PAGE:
Category Archives: Cooking as a writer

No Time for Breadcrumbs

At my house, uneaten bread butts get stuffed, in their original packaging, into the back of the fridge. Months go by, and we end up with a pile-up of stale, hopefully not moldy, bread taking up valuable refrigerator real estate. It usually takes weeks of me saying “I really must make bread crumbs out of all that old bread” before I finally haul out the blender and cookie sheet. Sometimes, the longer I put it off, the more bread there is to tear up, grind into bits, and toast in the oven. It’s worth it though: homemade chicken nuggets, veal parmesan, pasta with bread crumbs. All become possible. Yum.

Sometimes, the longer I put it off the more mold has invaded the plastic bags–and I end up tossing all the bread butts out. No yum.

At this very moment, there is a hill of old bread on my kitchen table, only one batch of bread crumbs done and ready to pour into a Tupperware, and a dawning realization that if I want to finish the whole job, I may have to stay up till midnight.

Yes, this all seems like my writing process. And yes, I’d work on my novel tonight, but I have some bread crumbs to make.

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Pineapple Inside-Out Cake

I must have been feeling nostalgic on Saturday. As a teenager, I made a lot of pineapple upside-down cakes. So when I needed something to bring to a potluck, that’s what I decided to bake.

Unable to find the recipe from my teen years, I adapted the one in Greg Patent’s “Baking in America.” Patent uses fresh pineapple instead of canned and macadamia nuts instead of maraschino cherries. I followed his advice on the pineapple, but I don’t think that’s necessary. The fruit winds up doused in brown-sugar butter and baked for 40 minutes, for God’s sake. Still, using a fresh pineapple means one can make the slices thicker than the canned kind, which I think makes the cake even heartier and homier than usual. I wanted to substitute maraschinos back into the recipe, but my husband couldn’t find them at the store, so I used toasted coconut instead.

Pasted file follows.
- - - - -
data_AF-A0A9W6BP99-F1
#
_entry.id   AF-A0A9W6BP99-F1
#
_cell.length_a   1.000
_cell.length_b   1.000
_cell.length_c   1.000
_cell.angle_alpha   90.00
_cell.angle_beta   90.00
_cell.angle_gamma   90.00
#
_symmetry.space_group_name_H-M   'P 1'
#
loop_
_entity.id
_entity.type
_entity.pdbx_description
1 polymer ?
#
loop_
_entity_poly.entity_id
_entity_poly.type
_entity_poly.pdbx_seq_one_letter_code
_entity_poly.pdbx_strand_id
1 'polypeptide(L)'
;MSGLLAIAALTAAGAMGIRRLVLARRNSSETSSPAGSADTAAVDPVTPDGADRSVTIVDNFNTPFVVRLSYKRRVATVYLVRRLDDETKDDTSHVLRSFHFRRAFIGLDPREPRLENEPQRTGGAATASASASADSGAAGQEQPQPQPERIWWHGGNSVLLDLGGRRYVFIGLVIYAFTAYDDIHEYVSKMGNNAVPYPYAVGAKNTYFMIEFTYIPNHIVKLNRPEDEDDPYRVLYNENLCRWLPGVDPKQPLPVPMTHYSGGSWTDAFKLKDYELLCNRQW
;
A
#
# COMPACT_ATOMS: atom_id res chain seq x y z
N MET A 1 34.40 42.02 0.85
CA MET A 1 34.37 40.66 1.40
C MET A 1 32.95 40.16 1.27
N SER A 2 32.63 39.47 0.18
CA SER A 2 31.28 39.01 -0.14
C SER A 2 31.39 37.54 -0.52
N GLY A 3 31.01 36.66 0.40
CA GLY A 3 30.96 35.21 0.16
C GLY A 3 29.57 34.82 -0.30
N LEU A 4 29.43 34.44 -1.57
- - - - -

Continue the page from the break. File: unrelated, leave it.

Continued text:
So far, so good. But here’s where I went wrong with this super-moist recipe: I put the batter in a nonstick cake pan instead of a cast-iron skillet (or just a good old, non-nonstick cake pan). In my haste to pull the cake out of the oven (we were running late for the party), I tipped the pan — you guessed it — upside down, and the whole thing slid onto my oven door.

My husband, who saved the day with a spatula and a lot of patience, dubbed the dish Pineapple Smash, but I like to call it Pineapple Inside-Out Cake. The cake looked like hell, but it tasted moist and buttery and sugary, the way pineapple upside-down cake should.

I don’t have a picture. Sorry. And I also don’t have a good analogy to writing, though I invite my readers to provide one.

Pineapple Inside-Out Cake

Adapted from “Baking in America,” by Greg Patent

1 fresh pineapple, sliced into 8 pieces, or 1-16 oz can

Topping

4 tablespoons butter or margarine

3/4 cup brown sugar

1/2 cup toasted coconut

Cake

1 1/2 cups sifted all-purpose flour

1/2 teaspoon baking soda

1/4 teaspoon salt

6 tablespoons butter, at room temperature

3/4 cup sugar

2 teaspoons vanilla

2 eggs

3/4 cup buttermilk or 3/4 cup reserved pineapple liquid, or a combination

Preheat oven to 350 degrees F.

Melt butter in a 10-inch cast iron skillet or a 9- or 10-inch cake pan (preferably not nonstick) over stove. If you like, add up to a tablespoon reserved pineapple juice. Add brown sugar and cook, stirring, until thick and bubbly. Remove from heat. Arrange 7-8 pineapple rings in syrup; cut rings if necessary to fit them in. Sprinkle toasted coconut into the spaces between the rings.

Resift flour with baking soda and salt. Set aside.

Beat butter with electric mixer until smooth and creamy. Add 1/4 cup of the sugar and vanilla, and beat for a few minutes. Add remaining 1/2 cup sugar in bits, beating after each addition. Beat in eggs one at a time. Stir in the flour mixture with a spatula in three parts, alternating with the liquid. Begin and end with flour, and stir only until the batter is smooth. Pour over fruit and spread it level.

Bake 40 minutes, until top is well browned and a tooth pick comes out clean. If you’re not using a nonstick pan, run a knife around edges. Cover the skillet or pan with a dessert platter and invert. Wait a minute or so to let the juices run down the sides. Then carefully (carefully) lift off the skillet.

Or, for the inside-out effect, pour the contents of the skillet or pan onto the platter, from a height of 8-12 inches.